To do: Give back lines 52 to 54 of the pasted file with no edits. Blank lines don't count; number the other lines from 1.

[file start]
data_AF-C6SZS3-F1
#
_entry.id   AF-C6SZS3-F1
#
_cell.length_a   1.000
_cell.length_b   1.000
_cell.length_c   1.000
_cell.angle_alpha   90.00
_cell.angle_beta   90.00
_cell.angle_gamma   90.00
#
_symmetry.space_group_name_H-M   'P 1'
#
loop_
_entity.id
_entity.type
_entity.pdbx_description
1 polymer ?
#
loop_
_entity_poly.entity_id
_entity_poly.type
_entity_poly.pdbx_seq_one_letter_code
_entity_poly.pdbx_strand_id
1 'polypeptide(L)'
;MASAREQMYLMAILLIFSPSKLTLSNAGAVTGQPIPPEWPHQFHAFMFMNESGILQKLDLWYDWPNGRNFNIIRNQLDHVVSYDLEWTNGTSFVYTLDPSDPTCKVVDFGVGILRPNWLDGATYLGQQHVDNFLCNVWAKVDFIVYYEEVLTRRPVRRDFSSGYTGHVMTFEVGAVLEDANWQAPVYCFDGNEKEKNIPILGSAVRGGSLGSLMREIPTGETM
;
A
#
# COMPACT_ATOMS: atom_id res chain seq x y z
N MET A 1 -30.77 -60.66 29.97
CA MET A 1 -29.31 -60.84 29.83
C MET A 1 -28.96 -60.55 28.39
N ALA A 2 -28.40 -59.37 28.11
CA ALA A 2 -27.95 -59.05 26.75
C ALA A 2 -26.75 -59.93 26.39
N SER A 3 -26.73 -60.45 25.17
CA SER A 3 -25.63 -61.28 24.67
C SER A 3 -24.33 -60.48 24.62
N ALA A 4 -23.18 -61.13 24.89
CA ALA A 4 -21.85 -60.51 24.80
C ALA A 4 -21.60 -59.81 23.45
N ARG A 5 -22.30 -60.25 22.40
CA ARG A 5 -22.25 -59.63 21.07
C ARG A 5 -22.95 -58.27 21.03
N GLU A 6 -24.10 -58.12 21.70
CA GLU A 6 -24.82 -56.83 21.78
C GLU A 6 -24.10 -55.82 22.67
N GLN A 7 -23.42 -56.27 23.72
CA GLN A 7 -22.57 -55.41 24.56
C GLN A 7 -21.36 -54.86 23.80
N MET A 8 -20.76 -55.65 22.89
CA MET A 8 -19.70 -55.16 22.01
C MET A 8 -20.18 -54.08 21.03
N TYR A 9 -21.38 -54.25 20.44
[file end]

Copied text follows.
N MET A 8 -20.76 -55.65 22.89
CA MET A 8 -19.70 -55.16 22.01
C MET A 8 -20.18 -54.08 21.03